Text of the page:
Presidential hopefuls Joko “Jokowi” Widodo and Prabowo Subianto addressed the issues of environmental protection and natural resource management during their second debate on Sunday. The stakes are particularly high for both candidates because of indications they received funding from businesses allegedly responsible for environmental damage.
Existing reports have tried to quantify their commitment to the environment by scrutinizing their vision and mission statements. A discussion about conflicts over natural resources, which often sacrifice the environment, was, however, absent from the debate. The two candidates have readily agreed on the environment because seemingly neither has given it very much thought, which is sad but true.
The most recent example is the sentencing of Heri Budiawan (Heri Pego) for allegedly spreading the outlawed teachings of Marxism and Leninism by waving a hammer-and-sickle flag during an antimining protest in the East Java town of Banyuwangi in April 2017.
Budi’s actual sin was opposing the gold mine operation on Mount Tumpang Pitu. For many years he organized the local community to protest the concession for PT Indo Multi Niaga, which later was renamed PT Bumi Suksesindo.
Another case in point is Bambang Hero, who was sued after testifying against PT Jatim Jaya Perkasa. The company was found guilty of causing a forest fire and fined Rp 1 billion.(US$70,938.34) In a retaliatory move the company filed a lawsuit against Bambang and demanded Rp 500 billion in damages, but it later dropped the case because several evidentiary documents needed to be corrected.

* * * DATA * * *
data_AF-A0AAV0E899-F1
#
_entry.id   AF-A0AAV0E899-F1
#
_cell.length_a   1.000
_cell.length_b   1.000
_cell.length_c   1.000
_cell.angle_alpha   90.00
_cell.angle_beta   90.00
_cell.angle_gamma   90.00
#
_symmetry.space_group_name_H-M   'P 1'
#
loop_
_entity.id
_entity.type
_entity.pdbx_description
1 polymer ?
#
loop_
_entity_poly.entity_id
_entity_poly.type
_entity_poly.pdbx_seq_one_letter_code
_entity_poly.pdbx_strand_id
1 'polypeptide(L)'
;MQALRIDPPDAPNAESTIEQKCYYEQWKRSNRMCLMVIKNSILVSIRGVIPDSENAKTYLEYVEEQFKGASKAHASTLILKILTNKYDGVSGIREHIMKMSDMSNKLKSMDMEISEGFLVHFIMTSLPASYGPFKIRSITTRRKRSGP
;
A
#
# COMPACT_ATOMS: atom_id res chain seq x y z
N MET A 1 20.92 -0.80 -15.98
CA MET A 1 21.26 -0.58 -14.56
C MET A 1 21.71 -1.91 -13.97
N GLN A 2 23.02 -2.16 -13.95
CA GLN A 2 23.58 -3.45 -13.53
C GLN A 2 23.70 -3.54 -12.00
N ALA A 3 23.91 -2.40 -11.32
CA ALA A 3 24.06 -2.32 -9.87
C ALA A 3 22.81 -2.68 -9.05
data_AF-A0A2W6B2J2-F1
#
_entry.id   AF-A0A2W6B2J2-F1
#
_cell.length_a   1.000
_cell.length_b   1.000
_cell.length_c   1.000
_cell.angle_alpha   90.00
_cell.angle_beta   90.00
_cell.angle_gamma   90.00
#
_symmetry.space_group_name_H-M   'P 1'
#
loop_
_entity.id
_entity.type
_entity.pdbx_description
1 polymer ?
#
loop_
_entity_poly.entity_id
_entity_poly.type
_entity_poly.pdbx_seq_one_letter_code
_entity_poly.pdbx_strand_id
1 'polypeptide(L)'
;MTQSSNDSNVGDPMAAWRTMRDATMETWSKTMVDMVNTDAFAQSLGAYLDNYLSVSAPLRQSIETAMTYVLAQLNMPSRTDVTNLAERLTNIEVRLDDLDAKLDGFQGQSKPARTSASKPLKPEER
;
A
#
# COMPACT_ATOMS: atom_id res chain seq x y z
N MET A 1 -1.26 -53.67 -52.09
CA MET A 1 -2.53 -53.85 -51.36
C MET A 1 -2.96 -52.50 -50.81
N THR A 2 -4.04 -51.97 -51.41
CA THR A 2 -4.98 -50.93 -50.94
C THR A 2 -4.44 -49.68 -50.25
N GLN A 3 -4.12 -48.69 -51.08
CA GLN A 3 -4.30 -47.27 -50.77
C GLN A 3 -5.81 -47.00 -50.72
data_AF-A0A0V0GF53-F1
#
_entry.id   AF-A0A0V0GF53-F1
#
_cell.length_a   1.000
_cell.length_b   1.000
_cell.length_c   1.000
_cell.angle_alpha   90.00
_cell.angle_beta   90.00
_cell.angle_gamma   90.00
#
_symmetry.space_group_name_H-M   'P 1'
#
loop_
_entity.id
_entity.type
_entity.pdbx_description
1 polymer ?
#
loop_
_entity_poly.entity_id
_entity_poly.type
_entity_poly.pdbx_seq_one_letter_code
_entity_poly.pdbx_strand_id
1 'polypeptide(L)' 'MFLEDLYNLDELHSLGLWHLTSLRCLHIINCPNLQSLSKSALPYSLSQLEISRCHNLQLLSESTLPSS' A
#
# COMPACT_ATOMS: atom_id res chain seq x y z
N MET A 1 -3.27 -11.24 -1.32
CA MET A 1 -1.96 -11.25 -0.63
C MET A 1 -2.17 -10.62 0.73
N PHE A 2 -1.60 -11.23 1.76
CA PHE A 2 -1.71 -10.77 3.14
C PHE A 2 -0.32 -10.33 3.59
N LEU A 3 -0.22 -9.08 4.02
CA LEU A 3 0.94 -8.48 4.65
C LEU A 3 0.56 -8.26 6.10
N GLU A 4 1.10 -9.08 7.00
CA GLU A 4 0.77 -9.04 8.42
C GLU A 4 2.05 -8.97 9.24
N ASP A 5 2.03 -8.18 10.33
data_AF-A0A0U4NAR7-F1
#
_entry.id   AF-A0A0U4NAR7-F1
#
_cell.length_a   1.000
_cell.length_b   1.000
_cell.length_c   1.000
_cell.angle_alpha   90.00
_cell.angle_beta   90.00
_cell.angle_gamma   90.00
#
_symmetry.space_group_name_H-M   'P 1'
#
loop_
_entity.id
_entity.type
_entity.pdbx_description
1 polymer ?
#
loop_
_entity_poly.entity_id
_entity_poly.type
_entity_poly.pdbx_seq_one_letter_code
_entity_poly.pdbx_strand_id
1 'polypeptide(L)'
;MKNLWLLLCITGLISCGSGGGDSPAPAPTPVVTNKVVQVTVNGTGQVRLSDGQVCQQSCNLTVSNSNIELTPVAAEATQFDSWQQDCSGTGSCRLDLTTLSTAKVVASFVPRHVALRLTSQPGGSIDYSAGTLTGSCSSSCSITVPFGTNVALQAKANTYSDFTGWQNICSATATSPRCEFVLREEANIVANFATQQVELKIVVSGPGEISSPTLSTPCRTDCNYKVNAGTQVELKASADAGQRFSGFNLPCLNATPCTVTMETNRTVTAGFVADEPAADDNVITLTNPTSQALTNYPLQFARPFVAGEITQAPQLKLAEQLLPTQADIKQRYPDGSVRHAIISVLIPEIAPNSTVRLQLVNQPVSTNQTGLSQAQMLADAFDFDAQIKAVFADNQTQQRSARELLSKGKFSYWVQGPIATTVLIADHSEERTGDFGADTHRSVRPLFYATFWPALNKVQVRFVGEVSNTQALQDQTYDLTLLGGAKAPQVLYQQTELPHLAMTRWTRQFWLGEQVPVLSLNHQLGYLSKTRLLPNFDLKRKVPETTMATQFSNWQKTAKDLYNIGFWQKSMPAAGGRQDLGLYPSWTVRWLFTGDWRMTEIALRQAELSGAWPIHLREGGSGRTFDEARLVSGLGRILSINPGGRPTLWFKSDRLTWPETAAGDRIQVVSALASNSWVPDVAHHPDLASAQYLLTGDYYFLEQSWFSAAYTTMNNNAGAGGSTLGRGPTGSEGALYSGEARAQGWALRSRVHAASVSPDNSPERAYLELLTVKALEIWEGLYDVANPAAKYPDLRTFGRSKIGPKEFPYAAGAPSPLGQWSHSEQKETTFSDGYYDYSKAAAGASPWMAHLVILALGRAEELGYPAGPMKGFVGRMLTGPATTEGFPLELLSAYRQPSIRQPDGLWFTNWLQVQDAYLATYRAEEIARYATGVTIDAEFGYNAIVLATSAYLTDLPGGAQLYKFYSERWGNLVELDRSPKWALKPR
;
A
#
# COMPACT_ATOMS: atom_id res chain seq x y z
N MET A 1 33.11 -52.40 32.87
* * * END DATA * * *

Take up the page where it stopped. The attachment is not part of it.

Next, then-Southeast Sulawesi governor Nur Alam filed a lawsuit against Basuki Wasis in April 2018 after the lecturer, who was hired by the Corruption Eradication Commission, found that environmental damages resulting from the operations of nickel mining company PT Anugrah Harisma Barakah on Kabaena Island had caused Rp 2.7 trillion in state losses. Nur was sentenced to 12 years in prison for bribery in relation to the issuance of mining licenses last December.
The list is seemingly endless, turning Indonesia into a dangerous place for people defending the environment and their land. Recent data shows that environmentalists have been the most persecuted activists over the past four years, a phenomenon found across the world.
The Indonesian Forum for the Environment recorded over 723 cases of criminalization over the period, mostly related to conflicts over natural resource management. According to Protection International Indonesia, at least 89 environmentalists have been imprisoned based on dubious or legally flawed charges over the same period.
The attacks on green activists and civil society organizations saw Indonesia downgraded to a “partly free” country according to the 2014 Freedom House democracy index. The country had joined the ranks of free countries in 2006.